Speaking by phone from Montreal, Israeli-born cellist Matt Haimovitz revealed that he’s a great admirer of the American singer Nina Simone. Looking at his life and career, one can easily see why. Like Simone, Haimovitz is admired for his solid classical grounding, eclecticism, improvisatory brilliance and the fact that he defies easy classification. Continue reading →
“Next, the Mahavishnu tune “Open Country Joy,” from that group’s Birds of Fire album. Andrea Stewart slapped and drummed on a battered cello to recreate Billy Cobham’s percussive groove. Mr. Haimovitz took the role of Continue reading →
On Sunday afternoon, the Uccello ensemble visited Bargemusic, the floating chamber music venue on a coffee barge tucked under the Brooklyn Bridge. Led by Matt Haimovitz, the the Grammy-nominated unit of “eight cello warriors” brought some unusual repertory: Continue reading →
Nobody really knows what recent Grammy Award nominee Matt Haimovitz is going to do next. And he likes it that way.
Matt Haimovitz has a knack for the unexpected. One of the most widely admired cellists of his generation, Haimovitz takes a certain delight in performing in places where classical musicians of his stature simply aren’t expected to turn up. Like pizza parlours and punk rock clubs, for instance.
And, while Haimovitz can handle works by the canonical composers of classical music with tremendous verve, it isn’t too surprising to find him tackling a piece of rock ’n’ roll now and then, or collaborating with a hip-hop artist like Montreal’s Socalled.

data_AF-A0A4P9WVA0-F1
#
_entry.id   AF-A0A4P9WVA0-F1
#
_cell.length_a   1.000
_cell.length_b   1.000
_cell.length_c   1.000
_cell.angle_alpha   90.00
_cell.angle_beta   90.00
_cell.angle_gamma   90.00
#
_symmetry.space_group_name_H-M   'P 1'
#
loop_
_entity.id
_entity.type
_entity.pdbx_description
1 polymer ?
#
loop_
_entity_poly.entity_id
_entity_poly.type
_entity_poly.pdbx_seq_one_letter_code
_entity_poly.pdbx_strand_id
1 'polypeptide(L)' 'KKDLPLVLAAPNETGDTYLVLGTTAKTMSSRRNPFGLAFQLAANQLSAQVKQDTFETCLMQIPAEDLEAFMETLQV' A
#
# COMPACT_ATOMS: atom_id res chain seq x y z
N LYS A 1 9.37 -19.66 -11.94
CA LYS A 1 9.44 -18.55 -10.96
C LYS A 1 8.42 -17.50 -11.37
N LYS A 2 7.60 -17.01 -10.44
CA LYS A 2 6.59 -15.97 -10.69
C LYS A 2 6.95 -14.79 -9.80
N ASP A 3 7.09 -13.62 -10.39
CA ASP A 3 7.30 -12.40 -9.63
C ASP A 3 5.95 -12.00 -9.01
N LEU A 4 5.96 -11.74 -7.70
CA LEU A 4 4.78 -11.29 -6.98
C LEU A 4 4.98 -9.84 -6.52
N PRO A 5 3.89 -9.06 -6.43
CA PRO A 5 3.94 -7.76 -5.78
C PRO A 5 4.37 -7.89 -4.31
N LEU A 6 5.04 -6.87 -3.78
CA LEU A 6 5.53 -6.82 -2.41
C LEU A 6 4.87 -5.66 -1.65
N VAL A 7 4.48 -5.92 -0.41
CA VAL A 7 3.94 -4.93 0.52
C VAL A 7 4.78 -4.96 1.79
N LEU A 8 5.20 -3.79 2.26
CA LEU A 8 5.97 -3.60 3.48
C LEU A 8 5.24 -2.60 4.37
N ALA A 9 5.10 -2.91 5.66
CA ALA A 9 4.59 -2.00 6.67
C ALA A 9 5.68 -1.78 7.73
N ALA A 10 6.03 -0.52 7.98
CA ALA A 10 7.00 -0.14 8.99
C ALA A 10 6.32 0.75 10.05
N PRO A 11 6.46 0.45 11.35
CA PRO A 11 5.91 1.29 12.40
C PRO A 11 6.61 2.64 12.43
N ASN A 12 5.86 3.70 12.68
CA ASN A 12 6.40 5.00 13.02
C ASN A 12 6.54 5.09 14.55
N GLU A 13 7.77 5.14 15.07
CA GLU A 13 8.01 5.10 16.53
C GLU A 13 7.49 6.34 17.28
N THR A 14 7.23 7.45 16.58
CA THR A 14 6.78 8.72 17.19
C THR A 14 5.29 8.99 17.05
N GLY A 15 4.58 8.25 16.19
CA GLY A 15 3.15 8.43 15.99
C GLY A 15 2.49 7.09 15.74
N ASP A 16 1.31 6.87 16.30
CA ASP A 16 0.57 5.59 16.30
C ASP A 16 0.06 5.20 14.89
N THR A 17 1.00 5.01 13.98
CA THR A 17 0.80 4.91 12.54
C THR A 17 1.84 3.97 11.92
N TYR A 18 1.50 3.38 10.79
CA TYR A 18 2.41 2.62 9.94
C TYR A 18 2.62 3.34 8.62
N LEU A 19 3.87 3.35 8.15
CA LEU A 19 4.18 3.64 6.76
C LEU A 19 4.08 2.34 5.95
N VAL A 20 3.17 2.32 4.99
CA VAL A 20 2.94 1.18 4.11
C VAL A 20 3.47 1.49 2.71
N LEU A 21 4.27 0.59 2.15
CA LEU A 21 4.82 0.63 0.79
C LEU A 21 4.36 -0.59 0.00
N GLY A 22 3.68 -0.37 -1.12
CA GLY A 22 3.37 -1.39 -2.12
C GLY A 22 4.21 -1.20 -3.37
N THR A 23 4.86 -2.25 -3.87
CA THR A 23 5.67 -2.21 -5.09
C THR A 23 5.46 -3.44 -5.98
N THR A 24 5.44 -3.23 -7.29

Cellist Matt Haimovitz made his debut at the age of 13 as a soloist with Zubin Mehta and the Israel Philharmonic. At age 17 he made his first recording with James Levine and the Chicago Symphony Orchestra (on Deutsche Grammophon). He made his Carnegie Hall debut when he substituted for his teacher, Leonard Rose in Continue reading →
When Matt Haimovitz and Uccello take the stage, they sometimes work their cellos more like guitars, or drums, or or any other instrument that might be chucked across the room in a fit of rock-rage musical passion.
“I do not condone what we are about to do,” Haimovitz quietly told an audience Continue reading →
It’s a fairly audacious idea for a cello octet to interpret the music of jazz icons such as bassist Charles Mingus, trumpeter Miles Davis and saxophonist Ornette Coleman, never mind the Mahavishnu Orchestra, but clearly, as seen on the compelling Meeting of the Spirits, cellist Matt Haimovitz loves a challenge. Challenge is something he’s used to, since Continue reading →